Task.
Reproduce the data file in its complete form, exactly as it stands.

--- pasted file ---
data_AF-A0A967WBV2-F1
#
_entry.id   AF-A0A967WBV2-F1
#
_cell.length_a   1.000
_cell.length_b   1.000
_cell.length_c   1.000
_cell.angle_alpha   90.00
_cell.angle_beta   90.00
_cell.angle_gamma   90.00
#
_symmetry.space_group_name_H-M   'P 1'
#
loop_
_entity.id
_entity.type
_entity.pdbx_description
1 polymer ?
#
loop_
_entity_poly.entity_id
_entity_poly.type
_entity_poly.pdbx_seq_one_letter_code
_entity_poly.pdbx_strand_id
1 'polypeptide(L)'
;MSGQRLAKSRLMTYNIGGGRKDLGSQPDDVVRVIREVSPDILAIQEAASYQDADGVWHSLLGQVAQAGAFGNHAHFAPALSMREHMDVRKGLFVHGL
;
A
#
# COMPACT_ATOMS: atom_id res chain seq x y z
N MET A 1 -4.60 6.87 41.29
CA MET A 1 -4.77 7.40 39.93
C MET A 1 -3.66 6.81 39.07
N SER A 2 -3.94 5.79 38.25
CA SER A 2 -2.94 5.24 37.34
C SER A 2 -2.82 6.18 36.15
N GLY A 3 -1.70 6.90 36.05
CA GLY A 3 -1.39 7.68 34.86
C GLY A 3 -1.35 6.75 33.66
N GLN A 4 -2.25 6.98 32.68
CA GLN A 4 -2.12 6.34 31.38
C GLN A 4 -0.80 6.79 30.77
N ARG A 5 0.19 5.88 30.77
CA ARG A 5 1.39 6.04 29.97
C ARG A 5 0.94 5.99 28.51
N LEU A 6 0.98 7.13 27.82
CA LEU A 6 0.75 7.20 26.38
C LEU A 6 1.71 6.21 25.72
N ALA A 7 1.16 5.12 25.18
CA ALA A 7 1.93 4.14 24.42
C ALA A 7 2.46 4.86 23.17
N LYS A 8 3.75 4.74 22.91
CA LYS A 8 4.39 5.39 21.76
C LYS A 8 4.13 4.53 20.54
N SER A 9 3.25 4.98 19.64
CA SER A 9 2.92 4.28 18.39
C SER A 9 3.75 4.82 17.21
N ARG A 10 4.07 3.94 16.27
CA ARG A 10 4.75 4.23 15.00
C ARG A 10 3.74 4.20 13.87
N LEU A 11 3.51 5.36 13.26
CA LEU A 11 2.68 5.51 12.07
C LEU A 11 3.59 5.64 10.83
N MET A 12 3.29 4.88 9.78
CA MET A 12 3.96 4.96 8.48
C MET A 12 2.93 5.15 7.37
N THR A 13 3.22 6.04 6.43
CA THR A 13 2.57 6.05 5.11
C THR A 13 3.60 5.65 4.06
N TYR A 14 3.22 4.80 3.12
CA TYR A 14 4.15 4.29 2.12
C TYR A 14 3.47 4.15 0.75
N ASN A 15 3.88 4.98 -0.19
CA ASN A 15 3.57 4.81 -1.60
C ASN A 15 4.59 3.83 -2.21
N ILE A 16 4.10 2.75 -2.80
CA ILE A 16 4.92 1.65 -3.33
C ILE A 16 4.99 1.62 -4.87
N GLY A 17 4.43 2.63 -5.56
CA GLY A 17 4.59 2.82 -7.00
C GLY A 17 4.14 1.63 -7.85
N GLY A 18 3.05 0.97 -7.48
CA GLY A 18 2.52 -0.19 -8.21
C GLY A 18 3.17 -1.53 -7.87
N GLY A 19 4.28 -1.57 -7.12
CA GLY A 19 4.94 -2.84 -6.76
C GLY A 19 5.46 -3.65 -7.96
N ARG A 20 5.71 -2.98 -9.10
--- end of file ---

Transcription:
data_AF-A0A967WBV2-F1
#
_entry.id   AF-A0A967WBV2-F1
#
_cell.length_a   1.000
_cell.length_b   1.000
_cell.length_c   1.000
_cell.angle_alpha   90.00
_cell.angle_beta   90.00
_cell.angle_gamma   90.00
#
_symmetry.space_group_name_H-M   'P 1'
#
loop_
_entity.id
_entity.type
_entity.pdbx_description
1 polymer ?
#
loop_
_entity_poly.entity_id
_entity_poly.type
_entity_poly.pdbx_seq_one_letter_code
_entity_poly.pdbx_strand_id
1 'polypeptide(L)'
;MSGQRLAKSRLMTYNIGGGRKDLGSQPDDVVRVIREVSPDILAIQEAASYQDADGVWHSLLGQVAQAGAFGNHAHFAPALSMREHMDVRKGLFVHGL
;
A
#
# COMPACT_ATOMS: atom_id res chain seq x y z
N MET A 1 -4.60 6.87 41.29
CA MET A 1 -4.77 7.40 39.93
C MET A 1 -3.66 6.81 39.07
N SER A 2 -3.94 5.79 38.25
CA SER A 2 -2.94 5.24 37.34
C SER A 2 -2.82 6.18 36.15
N GLY A 3 -1.70 6.90 36.05
CA GLY A 3 -1.39 7.68 34.86
C GLY A 3 -1.35 6.75 33.66
N GLN A 4 -2.25 6.98 32.68
CA GLN A 4 -2.12 6.34 31.38
C GLN A 4 -0.80 6.79 30.77
N ARG A 5 0.19 5.88 30.77
CA ARG A 5 1.39 6.04 29.97
C ARG A 5 0.94 5.99 28.51
N LEU A 6 0.98 7.13 27.82
CA LEU A 6 0.75 7.20 26.38
C LEU A 6 1.71 6.21 25.72
N ALA A 7 1.16 5.12 25.18
CA ALA A 7 1.93 4.14 24.42
C ALA A 7 2.46 4.86 23.17
N LYS A 8 3.75 4.74 22.91
CA LYS A 8 4.39 5.39 21.76
C LYS A 8 4.13 4.53 20.54
N SER A 9 3.25 4.98 19.64
CA SER A 9 2.92 4.28 18.39
C SER A 9 3.75 4.82 17.21
N ARG A 10 4.07 3.94 16.27
CA ARG A 10 4.75 4.23 15.00
C ARG A 10 3.74 4.20 13.87
N LEU A 11 3.51 5.36 13.26
CA LEU A 11 2.68 5.51 12.07
C LEU A 11 3.59 5.64 10.83
N MET A 12 3.29 4.88 9.78
CA MET A 12 3.96 4.96 8.48
C MET A 12 2.93 5.15 7.37
N THR A 13 3.22 6.04 6.43
CA THR A 13 2.57 6.05 5.11
C THR A 13 3.60 5.65 4.06
N TYR A 14 3.22 4.80 3.12
CA TYR A 14 4.15 4.29 2.12
C TYR A 14 3.47 4.15 0.75
N ASN A 15 3.88 4.98 -0.19
CA ASN A 15 3.57 4.81 -1.60
C ASN A 15 4.59 3.83 -2.21
N ILE A 16 4.10 2.75 -2.80
CA ILE A 16 4.92 1.65 -3.33
C ILE A 16 4.99 1.62 -4.87
N GLY A 17 4.43 2.63 -5.56
CA GLY A 17 4.59 2.82 -7.00
C GLY A 17 4.14 1.63 -7.85
N GLY A 18 3.05 0.97 -7.48
CA GLY A 18 2.52 -0.19 -8.21
C GLY A 18 3.17 -1.53 -7.87
N GLY A 19 4.28 -1.57 -7.12
CA GLY A 19 4.94 -2.84 -6.76
C GLY A 19 5.46 -3.65 -7.96
N ARG A 20 5.71 -2.98 -9.10